New Age travellers
Vehicles used by New Age travellers
Regions with significant populations
United Kingdom
New Age

New Age Travellers (synonymous with and otherwise known as New Travellers[1]) are people located primarily in the United Kingdom generally espousing New Age beliefs with hippie or Bohemian culture of the 1960s. New Age Travellers used to travel between free music festivals and fairs prior to crackdown in the 1990s. New Traveller also refers to those who are not traditionally of an ethnic nomadic group but who have chosen to pursue a nomadic lifestyle.[2]

There are a variety of New Traveller subcultures which include New Nomads[3] and Digital Nomads[4] facilitated by the digital age, globalisation and worldwide travel.

A New Traveller's transport and home may consist of living in a van, vardo, lorry, bus, car or caravan converted into a mobile home while also making use of an improvised bender tent, tipi or yurt. Some New Travellers and New Nomads may stay in guest bedrooms of hosts, or pay for inexpensive affordable lodgings while living in different locations around the world as part of their New Traveller lifestyle.

"New Age" travellers largely originated in 1980s and early 1990s Britain,[5] when they were briefly known pejoratively as crusties because of the association with "encrusted dirt, dirt as a deliberate embrace of grotesquerie, a statement of resistance against society, proof of nomadic hardship."[6] However, New Travellers can come from all walks of life and socio-economic backgrounds.



The movement originated in the free festivals of the 1960s and 1970s[7] such as the Windsor Free Festival, the early Glastonbury Festivals, Elephant Fayres, and the huge Stonehenge Free Festivals in Great Britain. However, there were longstanding precedents for travelling cultures in Great Britain, including travelling pilgrims, itinerant journeymen and traders, as well as Irish Travellers, Romani groups and others.[8]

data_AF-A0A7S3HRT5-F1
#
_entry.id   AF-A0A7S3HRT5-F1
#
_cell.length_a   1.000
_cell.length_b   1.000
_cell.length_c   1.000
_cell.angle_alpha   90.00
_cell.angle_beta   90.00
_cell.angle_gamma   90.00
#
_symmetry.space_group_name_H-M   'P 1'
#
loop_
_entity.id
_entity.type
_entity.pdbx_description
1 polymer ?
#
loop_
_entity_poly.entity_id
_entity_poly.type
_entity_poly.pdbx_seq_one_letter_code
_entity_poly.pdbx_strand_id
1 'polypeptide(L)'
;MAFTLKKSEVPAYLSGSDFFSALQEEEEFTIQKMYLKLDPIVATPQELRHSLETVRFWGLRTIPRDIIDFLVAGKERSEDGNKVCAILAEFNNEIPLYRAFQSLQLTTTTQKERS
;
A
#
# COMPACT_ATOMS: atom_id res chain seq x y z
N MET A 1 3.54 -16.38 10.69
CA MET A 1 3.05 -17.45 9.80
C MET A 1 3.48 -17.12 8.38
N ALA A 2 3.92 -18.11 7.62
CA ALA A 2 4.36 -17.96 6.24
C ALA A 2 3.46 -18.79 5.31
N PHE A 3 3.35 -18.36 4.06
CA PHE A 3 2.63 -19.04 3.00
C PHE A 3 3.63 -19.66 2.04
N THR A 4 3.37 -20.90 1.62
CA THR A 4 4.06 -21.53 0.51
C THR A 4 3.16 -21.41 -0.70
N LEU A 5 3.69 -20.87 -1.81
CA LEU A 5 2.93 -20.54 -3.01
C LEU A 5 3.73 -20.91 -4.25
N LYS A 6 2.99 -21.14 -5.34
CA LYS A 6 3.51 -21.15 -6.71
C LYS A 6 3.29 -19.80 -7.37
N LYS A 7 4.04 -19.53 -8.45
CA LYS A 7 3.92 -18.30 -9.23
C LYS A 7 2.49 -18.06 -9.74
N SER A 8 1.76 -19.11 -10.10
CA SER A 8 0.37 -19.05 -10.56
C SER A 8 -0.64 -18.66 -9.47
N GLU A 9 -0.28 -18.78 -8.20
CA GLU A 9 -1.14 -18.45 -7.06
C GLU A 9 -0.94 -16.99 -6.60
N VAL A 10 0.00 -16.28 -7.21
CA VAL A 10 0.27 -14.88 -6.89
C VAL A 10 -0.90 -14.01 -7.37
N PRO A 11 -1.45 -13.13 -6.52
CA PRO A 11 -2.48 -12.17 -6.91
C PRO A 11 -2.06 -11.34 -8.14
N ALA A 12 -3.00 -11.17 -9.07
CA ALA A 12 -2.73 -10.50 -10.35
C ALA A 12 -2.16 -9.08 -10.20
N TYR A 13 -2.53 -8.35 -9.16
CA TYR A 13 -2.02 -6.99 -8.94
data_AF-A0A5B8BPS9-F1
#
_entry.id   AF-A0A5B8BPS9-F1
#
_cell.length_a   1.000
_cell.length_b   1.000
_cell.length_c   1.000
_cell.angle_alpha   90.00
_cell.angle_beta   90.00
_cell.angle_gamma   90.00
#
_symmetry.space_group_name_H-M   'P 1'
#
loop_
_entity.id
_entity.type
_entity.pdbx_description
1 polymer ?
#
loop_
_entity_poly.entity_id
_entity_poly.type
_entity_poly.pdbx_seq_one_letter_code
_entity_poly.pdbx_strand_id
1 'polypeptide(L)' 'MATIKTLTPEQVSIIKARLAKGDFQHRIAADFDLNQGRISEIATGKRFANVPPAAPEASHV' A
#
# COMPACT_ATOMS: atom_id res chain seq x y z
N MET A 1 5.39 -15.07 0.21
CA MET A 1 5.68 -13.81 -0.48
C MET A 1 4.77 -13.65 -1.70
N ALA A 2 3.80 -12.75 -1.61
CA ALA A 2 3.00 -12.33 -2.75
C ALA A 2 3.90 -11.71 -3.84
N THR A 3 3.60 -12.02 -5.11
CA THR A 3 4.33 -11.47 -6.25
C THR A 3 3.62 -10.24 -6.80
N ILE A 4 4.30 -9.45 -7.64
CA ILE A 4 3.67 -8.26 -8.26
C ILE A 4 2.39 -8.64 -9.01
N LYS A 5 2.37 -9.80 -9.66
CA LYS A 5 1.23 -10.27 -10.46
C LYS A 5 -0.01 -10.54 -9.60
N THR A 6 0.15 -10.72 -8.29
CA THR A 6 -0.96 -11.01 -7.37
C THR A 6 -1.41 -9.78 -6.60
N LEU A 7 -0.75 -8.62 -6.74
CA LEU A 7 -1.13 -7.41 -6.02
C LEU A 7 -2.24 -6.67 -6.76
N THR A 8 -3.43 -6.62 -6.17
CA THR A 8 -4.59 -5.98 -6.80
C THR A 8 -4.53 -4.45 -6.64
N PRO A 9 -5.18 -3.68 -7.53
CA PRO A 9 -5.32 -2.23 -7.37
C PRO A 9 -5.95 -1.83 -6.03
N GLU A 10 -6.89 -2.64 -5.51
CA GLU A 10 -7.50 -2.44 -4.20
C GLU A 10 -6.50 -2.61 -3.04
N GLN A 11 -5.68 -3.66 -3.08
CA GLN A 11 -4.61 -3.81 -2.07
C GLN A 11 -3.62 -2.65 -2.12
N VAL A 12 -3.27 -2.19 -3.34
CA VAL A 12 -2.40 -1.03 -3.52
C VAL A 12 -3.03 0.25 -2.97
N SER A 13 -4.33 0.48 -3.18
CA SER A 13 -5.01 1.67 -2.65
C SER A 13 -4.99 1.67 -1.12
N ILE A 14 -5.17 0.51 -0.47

Peace convoy

See also: Battle of the Beanfield

In the UK during the 1980s the travellers' mobile homes—generally old vans, trucks and buses (including double-deckers)—moved in convoys. One group of travellers came to be known as the Peace Convoy after visits to Peace camps associated with the Campaign for Nuclear Disarmament (CND).[7] The movement had faced significant opposition from the British government and from mainstream media, epitomised by the authorities' attempts to prevent the Stonehenge Free Festival, and the resultant Battle of the Beanfield in 1985—resulting in what was, according to The Guardian, one of the largest mass arrests of civilians since at least the Second World War,[9] possibly one of the biggest in English legal history.[10]


  1. ^ Frediani, Marcelo (18 December 2017). "On the road: New Travellers and their radical need for space". Espaces et Sociétés. 171 (4): 73–89. doi:10.3917/esp.171.0073.
  2. ^ "Example Definitions of Gypsies and Travellers in the UK".
  3. ^ Marquardt, Felix (2021). The New Nomads (1st ed.). UK: Simon&Schuster. ISBN 9781471177378.
  4. ^ Bearne, Suzanne (2023-11-04). "Digital nomads: rising number of people choose to work remotely". The Guardian. ISSN 0261-3077. Retrieved 2023-11-04.
  5. ^ "New Age Travellers - a traveller lifestyle and subculture in Britain".
  6. ^ Fox, Dan (3 April 2018). "24-Hour Party People: How Britain's New Age Traveler movement defined a zeitgeist". World Policy Journal. 35 (1): 3–9. doi:10.1215/07402775-6894684. ISSN 1936-0924. S2CID 158322983.
  7. ^ a b "New Travellers, Old Story" (PDF). The Children's Society. Archived from the original (PDF) on 24 September 2020. Retrieved 1 November 2014.
  8. ^ Ivakhiv, Adrian (2001). Claiming Sacred Ground: Pilgrims and Politics at Glastonbury and Sedona. Indiana University Press. p. 89. ISBN 0-253-33899-9.
  9. ^ "What happened next?". the Guardian. 2004-02-22. Retrieved 2022-11-15.
  10. ^ Stuart Maconie (2014). The People's Songs: The Story of Modern Britain in 50 Records. Ebury Press. pp. 356–. ISBN 978-0-09-193380-7.

Further reading and external links